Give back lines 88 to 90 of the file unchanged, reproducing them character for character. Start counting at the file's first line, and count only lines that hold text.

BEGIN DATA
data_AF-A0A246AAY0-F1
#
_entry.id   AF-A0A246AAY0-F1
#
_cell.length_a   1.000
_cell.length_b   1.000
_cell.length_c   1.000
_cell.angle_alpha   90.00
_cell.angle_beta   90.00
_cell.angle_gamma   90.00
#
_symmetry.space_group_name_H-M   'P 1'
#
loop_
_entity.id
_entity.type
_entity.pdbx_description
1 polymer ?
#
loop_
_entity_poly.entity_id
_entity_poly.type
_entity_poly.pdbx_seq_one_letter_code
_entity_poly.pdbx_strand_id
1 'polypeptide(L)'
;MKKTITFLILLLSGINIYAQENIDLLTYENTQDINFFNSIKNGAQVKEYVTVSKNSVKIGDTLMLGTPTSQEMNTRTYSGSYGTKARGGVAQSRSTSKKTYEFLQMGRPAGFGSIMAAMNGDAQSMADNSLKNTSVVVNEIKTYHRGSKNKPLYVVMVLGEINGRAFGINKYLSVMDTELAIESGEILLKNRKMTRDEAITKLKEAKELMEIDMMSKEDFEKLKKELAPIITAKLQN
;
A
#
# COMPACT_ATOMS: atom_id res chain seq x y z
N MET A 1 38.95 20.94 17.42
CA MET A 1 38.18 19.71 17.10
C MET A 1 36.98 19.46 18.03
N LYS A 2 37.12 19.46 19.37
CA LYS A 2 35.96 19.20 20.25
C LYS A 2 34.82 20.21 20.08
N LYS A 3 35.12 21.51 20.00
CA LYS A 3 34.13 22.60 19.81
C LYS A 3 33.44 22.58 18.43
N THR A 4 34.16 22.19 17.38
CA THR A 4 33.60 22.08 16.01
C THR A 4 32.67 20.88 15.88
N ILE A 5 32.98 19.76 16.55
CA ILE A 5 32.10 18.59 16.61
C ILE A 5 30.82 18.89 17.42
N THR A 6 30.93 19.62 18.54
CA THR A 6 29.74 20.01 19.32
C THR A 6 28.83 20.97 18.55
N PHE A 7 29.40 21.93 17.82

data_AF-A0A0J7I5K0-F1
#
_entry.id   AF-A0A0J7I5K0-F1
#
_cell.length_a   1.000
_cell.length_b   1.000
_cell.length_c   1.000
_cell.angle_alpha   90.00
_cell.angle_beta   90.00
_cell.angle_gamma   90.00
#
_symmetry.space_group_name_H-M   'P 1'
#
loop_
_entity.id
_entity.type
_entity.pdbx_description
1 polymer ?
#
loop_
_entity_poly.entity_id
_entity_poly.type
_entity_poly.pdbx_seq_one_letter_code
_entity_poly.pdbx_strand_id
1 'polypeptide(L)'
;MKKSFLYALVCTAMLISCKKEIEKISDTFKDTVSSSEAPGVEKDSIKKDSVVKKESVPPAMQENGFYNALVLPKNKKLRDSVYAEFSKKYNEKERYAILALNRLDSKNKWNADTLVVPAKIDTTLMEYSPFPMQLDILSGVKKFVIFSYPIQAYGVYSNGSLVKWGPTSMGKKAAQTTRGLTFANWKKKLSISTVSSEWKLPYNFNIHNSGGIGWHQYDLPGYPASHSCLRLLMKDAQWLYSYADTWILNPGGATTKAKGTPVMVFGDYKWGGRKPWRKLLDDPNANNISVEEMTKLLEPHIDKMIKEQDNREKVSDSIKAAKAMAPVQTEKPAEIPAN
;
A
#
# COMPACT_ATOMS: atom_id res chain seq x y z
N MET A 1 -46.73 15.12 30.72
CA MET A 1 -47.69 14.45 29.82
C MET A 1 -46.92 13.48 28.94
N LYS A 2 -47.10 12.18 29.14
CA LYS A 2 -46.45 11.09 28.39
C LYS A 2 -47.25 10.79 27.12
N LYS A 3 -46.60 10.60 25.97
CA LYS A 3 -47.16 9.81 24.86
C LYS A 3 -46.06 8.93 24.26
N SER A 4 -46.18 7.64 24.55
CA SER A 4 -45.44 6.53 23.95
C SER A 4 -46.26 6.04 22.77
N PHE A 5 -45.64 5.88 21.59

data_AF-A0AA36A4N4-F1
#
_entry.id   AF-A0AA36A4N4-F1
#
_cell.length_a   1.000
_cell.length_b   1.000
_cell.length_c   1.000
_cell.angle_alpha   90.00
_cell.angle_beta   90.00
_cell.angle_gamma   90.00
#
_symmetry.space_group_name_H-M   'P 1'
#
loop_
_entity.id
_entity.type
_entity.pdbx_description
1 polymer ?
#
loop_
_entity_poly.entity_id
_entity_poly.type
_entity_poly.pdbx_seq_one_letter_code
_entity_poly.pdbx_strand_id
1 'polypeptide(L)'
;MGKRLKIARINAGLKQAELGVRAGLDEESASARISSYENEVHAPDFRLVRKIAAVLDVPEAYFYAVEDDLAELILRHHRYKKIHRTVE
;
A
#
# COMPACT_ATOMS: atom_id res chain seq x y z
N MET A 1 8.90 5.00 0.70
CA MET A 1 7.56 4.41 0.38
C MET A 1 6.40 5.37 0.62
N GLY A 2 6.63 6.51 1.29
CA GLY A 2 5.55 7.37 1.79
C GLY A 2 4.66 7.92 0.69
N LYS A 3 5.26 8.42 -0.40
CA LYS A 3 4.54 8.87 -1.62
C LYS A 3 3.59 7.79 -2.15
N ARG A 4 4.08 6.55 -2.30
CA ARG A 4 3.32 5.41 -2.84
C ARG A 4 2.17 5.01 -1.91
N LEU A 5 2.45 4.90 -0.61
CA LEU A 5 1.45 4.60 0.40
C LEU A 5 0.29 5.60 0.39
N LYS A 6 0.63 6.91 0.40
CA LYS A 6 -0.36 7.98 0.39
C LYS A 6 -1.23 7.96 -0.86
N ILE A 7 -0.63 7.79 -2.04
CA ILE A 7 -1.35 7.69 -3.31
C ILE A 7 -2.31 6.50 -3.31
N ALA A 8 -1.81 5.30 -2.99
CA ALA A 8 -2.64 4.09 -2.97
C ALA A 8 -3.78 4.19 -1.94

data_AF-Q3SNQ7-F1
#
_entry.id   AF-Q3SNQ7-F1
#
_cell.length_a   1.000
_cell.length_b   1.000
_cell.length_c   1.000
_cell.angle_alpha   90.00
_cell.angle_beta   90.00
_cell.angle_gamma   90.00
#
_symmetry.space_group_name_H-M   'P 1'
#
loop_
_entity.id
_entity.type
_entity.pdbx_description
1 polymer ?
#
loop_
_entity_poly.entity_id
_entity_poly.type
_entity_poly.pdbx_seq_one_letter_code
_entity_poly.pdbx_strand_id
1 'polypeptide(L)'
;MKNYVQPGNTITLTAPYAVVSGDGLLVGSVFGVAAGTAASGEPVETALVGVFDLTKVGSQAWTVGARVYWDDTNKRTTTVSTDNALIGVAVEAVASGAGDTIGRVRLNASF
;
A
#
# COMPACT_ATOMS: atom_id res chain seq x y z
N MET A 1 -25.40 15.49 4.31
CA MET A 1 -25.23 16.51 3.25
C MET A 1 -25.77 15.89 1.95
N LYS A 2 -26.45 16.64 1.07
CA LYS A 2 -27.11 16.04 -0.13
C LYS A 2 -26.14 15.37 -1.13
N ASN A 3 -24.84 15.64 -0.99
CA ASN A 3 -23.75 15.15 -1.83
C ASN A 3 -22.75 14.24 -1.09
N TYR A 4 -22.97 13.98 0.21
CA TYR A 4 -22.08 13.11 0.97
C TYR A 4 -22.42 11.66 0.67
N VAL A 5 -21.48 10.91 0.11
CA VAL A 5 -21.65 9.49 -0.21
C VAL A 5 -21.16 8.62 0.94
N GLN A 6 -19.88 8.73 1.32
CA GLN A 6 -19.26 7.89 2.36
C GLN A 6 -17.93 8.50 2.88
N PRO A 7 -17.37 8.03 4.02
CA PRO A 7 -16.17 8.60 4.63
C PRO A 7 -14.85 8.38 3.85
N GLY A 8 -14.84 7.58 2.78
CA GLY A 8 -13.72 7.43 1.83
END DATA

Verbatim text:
C LYS A 3 -46.06 8.93 24.26
N SER A 4 -46.18 7.64 24.55
CA SER A 4 -45.44 6.53 23.95